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It has been asserted that the author of the Chinese alphabet could very well been knowledgeable of the accounts in Genesis 1-11--those that occurred prior to the division of peoples and languages at Babel. It is stated that many Chinese characters intrinsically reflect the peculiarities of the Genesis account.

What is the nature of these characters? What is the evidence that would suggest that the author of the Chinese script was, in fact, familiar with the Genesis account?

See this as an example

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It would help if you gave a source link –  caseyr547 Jun 17 '13 at 20:08
    
Yea. I'd definitely +1 this if I had a reference. –  Ignatius Theophorus Jun 17 '13 at 20:35
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@caseyr547 I found this just now: answersingenesis.org/articles/1998/03/06/… –  Narnian Jun 17 '13 at 20:55
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If there is a Chinese.SE I would love to see those characters verified. Mike lives in Hong Kong. Maybe he knows about this or knows Chinese. –  fredsbend Jun 17 '13 at 21:27
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The AiG folks--not exactly a reputable source. It's important to remember that China has its own mythology, including the creation of humans out of clay (en.wikipedia.org/wiki/Chinese_creation_myth#Mythology). Similarly, a Noah-esque flood story shows up in Mesopotamia well before Genesis was written. –  jackweinbender Jun 20 '13 at 14:52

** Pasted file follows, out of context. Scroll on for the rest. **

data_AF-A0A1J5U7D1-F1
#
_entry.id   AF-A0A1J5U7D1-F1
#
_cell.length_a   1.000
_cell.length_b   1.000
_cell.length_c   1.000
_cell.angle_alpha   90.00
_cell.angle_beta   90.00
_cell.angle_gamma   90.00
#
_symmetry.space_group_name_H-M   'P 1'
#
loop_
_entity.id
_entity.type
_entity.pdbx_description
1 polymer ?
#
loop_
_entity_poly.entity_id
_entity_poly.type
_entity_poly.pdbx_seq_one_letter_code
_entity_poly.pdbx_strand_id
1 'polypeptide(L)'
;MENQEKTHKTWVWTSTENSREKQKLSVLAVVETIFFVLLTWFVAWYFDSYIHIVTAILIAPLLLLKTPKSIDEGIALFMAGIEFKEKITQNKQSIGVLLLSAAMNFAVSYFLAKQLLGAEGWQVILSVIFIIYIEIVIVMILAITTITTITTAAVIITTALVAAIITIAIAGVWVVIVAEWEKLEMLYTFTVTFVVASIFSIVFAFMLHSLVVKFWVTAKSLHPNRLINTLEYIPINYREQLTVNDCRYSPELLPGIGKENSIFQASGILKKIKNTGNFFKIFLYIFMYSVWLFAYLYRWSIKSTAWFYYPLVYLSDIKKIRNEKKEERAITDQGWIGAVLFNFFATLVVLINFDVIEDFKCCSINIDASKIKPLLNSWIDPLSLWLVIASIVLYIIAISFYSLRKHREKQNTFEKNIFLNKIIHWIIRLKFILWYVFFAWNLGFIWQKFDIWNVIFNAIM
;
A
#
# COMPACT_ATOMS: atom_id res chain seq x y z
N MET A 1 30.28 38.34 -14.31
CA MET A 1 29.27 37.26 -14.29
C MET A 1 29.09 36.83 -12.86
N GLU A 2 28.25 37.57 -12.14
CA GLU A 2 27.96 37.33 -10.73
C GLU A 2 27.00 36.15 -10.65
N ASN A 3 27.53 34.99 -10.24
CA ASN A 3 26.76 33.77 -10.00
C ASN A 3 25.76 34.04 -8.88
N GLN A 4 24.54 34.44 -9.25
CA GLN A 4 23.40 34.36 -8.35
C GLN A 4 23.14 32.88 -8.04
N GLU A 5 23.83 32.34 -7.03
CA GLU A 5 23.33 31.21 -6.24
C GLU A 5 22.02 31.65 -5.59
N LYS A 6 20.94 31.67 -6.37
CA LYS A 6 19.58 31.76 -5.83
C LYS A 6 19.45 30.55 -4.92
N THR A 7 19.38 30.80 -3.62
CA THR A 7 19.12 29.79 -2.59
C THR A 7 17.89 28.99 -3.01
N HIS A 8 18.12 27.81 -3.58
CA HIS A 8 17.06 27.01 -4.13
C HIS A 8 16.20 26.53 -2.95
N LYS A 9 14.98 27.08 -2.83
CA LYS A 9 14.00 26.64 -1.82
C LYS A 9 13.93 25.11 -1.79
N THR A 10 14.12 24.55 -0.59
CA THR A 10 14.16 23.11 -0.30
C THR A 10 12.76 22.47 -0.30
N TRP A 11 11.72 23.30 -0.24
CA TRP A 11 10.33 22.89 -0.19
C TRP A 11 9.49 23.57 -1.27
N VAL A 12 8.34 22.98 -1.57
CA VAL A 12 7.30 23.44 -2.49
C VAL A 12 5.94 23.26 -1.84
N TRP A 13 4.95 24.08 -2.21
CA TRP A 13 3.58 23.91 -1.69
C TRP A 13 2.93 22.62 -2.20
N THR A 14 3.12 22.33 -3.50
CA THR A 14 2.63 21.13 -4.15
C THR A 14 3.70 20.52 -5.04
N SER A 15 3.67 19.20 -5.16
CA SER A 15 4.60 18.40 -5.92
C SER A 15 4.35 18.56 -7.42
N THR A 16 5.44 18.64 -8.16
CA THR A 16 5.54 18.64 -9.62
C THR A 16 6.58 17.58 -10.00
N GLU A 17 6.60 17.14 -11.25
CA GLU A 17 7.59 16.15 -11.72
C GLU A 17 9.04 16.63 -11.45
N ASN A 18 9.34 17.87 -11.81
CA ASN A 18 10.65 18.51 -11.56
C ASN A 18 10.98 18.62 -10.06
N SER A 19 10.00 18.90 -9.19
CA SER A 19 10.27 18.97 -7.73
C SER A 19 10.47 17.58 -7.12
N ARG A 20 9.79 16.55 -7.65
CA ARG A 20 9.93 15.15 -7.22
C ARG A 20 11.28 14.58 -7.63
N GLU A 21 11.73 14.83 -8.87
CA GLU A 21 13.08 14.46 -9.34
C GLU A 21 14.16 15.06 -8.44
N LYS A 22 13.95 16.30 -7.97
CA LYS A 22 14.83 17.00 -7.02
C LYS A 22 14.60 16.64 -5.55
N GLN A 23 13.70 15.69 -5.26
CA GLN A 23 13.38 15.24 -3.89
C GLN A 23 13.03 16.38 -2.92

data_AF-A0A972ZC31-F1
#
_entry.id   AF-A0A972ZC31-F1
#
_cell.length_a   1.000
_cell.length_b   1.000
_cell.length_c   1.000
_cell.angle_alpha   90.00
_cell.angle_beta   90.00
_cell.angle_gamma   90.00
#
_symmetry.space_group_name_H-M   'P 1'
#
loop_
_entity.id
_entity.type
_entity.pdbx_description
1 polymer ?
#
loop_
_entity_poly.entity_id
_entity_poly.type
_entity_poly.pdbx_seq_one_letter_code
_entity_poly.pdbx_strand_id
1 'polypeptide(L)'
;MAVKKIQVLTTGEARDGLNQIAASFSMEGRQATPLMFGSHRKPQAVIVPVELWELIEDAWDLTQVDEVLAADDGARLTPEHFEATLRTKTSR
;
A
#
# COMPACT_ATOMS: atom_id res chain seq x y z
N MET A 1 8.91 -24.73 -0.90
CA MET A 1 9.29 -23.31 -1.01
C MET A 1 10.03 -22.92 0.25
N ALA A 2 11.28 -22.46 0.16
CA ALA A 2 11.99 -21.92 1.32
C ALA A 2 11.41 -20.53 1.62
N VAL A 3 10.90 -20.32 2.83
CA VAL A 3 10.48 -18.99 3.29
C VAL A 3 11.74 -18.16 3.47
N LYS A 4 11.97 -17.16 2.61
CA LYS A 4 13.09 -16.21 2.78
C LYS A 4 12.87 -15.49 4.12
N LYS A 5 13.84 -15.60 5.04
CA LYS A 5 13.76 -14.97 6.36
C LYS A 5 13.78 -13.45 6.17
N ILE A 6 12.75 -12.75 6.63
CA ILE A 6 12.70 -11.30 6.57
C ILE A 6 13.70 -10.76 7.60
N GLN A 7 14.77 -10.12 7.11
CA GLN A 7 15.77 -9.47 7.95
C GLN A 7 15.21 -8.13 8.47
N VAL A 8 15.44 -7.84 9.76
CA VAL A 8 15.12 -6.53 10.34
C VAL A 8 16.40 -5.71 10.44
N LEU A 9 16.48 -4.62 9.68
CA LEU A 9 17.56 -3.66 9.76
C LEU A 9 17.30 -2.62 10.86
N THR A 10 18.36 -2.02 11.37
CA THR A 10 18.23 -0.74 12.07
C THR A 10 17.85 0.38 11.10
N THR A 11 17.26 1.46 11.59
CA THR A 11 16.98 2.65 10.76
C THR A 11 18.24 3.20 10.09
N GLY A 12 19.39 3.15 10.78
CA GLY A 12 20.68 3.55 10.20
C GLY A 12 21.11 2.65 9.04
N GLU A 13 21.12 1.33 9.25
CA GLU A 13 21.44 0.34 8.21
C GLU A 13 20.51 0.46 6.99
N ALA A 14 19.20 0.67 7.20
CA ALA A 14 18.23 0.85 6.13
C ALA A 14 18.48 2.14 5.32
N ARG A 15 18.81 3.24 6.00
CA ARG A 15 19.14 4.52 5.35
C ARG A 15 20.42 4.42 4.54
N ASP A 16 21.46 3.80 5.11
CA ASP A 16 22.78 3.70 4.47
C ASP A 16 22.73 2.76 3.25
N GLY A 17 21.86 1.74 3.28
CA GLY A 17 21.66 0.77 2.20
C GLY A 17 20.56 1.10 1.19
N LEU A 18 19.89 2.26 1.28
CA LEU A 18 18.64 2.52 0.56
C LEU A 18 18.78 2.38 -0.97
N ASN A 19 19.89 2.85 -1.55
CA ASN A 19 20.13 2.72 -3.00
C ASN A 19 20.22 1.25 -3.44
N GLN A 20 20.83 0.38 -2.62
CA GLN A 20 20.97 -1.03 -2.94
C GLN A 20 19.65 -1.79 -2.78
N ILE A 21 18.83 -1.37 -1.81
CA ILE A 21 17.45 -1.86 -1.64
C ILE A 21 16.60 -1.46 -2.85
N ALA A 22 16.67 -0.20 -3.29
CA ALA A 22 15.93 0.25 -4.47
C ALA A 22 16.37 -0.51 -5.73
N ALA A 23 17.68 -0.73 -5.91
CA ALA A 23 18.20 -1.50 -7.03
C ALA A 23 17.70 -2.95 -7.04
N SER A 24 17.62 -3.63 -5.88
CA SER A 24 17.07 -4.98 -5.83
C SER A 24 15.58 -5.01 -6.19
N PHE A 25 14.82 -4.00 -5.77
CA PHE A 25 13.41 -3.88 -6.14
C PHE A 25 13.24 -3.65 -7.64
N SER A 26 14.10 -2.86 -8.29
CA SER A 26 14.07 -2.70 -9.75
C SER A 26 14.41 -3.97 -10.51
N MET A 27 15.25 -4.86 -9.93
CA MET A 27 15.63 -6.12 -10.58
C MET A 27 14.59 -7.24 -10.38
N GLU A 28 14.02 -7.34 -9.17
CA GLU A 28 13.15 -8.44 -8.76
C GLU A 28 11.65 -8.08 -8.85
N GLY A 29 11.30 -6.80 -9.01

2 Answers 2

up vote 2 down vote accepted

Background

As missionaries have gone to China over the centuries to proclaim the gospel. Learning the script as an adult can sometimes involve breaking the symbols down into their components to remember them more easily. In doing so, some missionaries have found some curiosities in the characters that seemed to point to things found in the first eleven chapters of Genesis.

Indeed, if the Bible is true, the creation of languages and the spreading of mankind over the face of the earth began at the Tower of Babel. All of those people at that time would have had a common history that included the accounts found in Genesis 1-11. (The account of the Tower of Babel occurs in Genesis 11.)

Ethel Nelson has written a few books on this, the last and best of which is entitled God's Promise to the Chinese.

Characters

Create

The word for create is interesting, combining the characters for speak, dust, life, and walk. Genesis records that God "spoke" things into existence and specifically formed man from the dust of the earth and breathed into him the breath of life.

Then the Lord God formed man of dust from the ground, and breathed into his nostrils the breath of life; and man became a living being. Genesis 2:7 NAS

To Create

Covet

The word for covet or desire is the combination of two symbols (or three): two trees and a woman. This references the account in Genesis 3. There were two trees, one of which was forbidden.

When the woman saw that the fruit of the tree was good for food and pleasing to the eye, and also desirable for gaining wisdom she took some and ate it. She also gave some to her husband. Genesis 3:6 NIV

Covet, Desire